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AER 710 Aerospace Propulsion

Introduction Propellers Internal Combustion Engines Gas Turbine Engines

Chemical Rockets
Non-Chemical Space Propulsion Systems


Nieuport N.28C-1

Introduction to the Propeller

The rotating blade of a propeller shares similar characteristics to a wing passing through the air A propeller blade generates thrust F through an aerodynamic lift force component, demands an engine torque Q to overcome aerodynamic drag, and will stall if the local resultant angle of attack of the blade exceeds Additional factors: trailing vortex generation, tip losses, compressibility

Martin MB-2

DH-98 Mosquito

Forces acting on wing airfoil section (above) and propeller blade section (below)

Actuator Disk Theory For evaluation of propeller performance, one can apply a simple analytical approach using the principle of linear momentum conservation, and treating the propeller as an actuator disk where there is a step increase in pressure

Thrust generated by disk:

( V3 V0 ) A3V3 ( V3 V0 ) F m

F A1 ( p 2 p1 )
Bernoullis eq. applied from upstream to front of disk:

1 1 2 2 p0 V0 p1 V1 2 2

Similarly, downstream of disk:

1 1 2 p 2 V2 p3 V32 2 2
Noting po = p3 , and V2 = V1, via subtraction one gets:

1 1 2 2 p 2 p1 ( V3 V0 ) ( V3 V0 )(V3 V0 ) 2 2 Conservation of mass, incompressible flow:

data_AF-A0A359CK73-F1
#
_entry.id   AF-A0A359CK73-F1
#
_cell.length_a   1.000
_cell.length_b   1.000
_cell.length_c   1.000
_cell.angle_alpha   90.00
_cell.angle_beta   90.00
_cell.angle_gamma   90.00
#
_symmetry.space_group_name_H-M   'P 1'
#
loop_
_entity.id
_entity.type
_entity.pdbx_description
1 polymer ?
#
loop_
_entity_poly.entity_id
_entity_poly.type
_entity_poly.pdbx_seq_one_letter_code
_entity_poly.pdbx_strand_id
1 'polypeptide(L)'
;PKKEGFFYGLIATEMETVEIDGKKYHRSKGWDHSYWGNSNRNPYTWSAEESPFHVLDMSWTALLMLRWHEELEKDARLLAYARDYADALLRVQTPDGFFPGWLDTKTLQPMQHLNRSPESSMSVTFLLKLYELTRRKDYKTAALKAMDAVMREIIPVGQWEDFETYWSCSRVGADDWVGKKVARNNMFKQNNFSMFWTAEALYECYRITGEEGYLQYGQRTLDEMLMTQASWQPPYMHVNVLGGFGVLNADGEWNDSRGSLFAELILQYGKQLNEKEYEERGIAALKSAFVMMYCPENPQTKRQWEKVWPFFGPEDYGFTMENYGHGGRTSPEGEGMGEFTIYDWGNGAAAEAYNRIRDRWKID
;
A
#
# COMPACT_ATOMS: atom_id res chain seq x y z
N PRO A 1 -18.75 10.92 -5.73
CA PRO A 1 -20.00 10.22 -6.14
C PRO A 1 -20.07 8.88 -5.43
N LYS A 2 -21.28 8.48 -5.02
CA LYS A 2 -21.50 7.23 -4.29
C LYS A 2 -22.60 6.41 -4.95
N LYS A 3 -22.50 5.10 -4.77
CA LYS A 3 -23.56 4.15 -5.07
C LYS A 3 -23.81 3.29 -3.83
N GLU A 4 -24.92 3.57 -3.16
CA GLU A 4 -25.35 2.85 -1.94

A3V3 = A1V1
Substituting from earlier:

F A1 ( p 2 p1 ) A3V3 ( V3 V0 )

p 2 p1

A3 1 V3 ( V3 V0 ) ( V3 V0 )( V3 V0 ) A1 2

which gives the simple result:

V3 V0 V1 2

Define propeller-induced velocity w such that:

V1 V0 w
V3 V0 2w
and so for thrust,
F A1V1 ( V3 V0 ) A1 ( V0 w )(V0 2w V0 ) 2 A1 ( V0 w )w

Ideal power required:

P 1 1 1 V32 m V02 A1 ( V0 w )[(V0 2w )2 V02 ] 2 A1 w( V0 w )2 m 2 2 2


P F ( V0 w )

Since power from a piston or turboprop engine is relatively constant at a given altitude, one can expect the thrust to drop as the airplane picks up airspeed, according to this correlation. If one wishes to find w as a function of F, from earlier:

( 2 A1 )w 2 ( 2 A1V0 )w F 0


V0 1 2F 2 w V0 2 2 A1
Ideal static power (Vo = 0):

Po Pind ,o Fo wo
Ideal propeller propulsive efficiency:

Fo3 / 2 2 A1

pr ,i

FV0 F ( V0 w )

1 1 w V0

or via substitution (q is dynamic pressure):

pr ,i

2 1 1 F qA1

Actual propeller propulsive efficiency, in terms of useful (thrust) power and engine shaft power PS :

FV pr pr ,i PS
Correction factor, less than 1, for ideal power estimate:

P F ( V0 w ) ( correction factor ) PS
Variable-pitch propeller better able to approach the ideal power requirement, as compared to a fixed-pitch propeller, in accommodating different flight speeds and altitudes.

To propel a light aircraft at an absolute velocity of 240 km/h against a head wind of 48 km/h a thrust of 10.3 kN is required. Assuming a theoretical efficiency of 90% and a constant air density of 1.2 kg/m3 determine the diameter of ideal propeller required and the power needed to drive it. Sketch the velocity and the pressure profile along the slipstream boundary.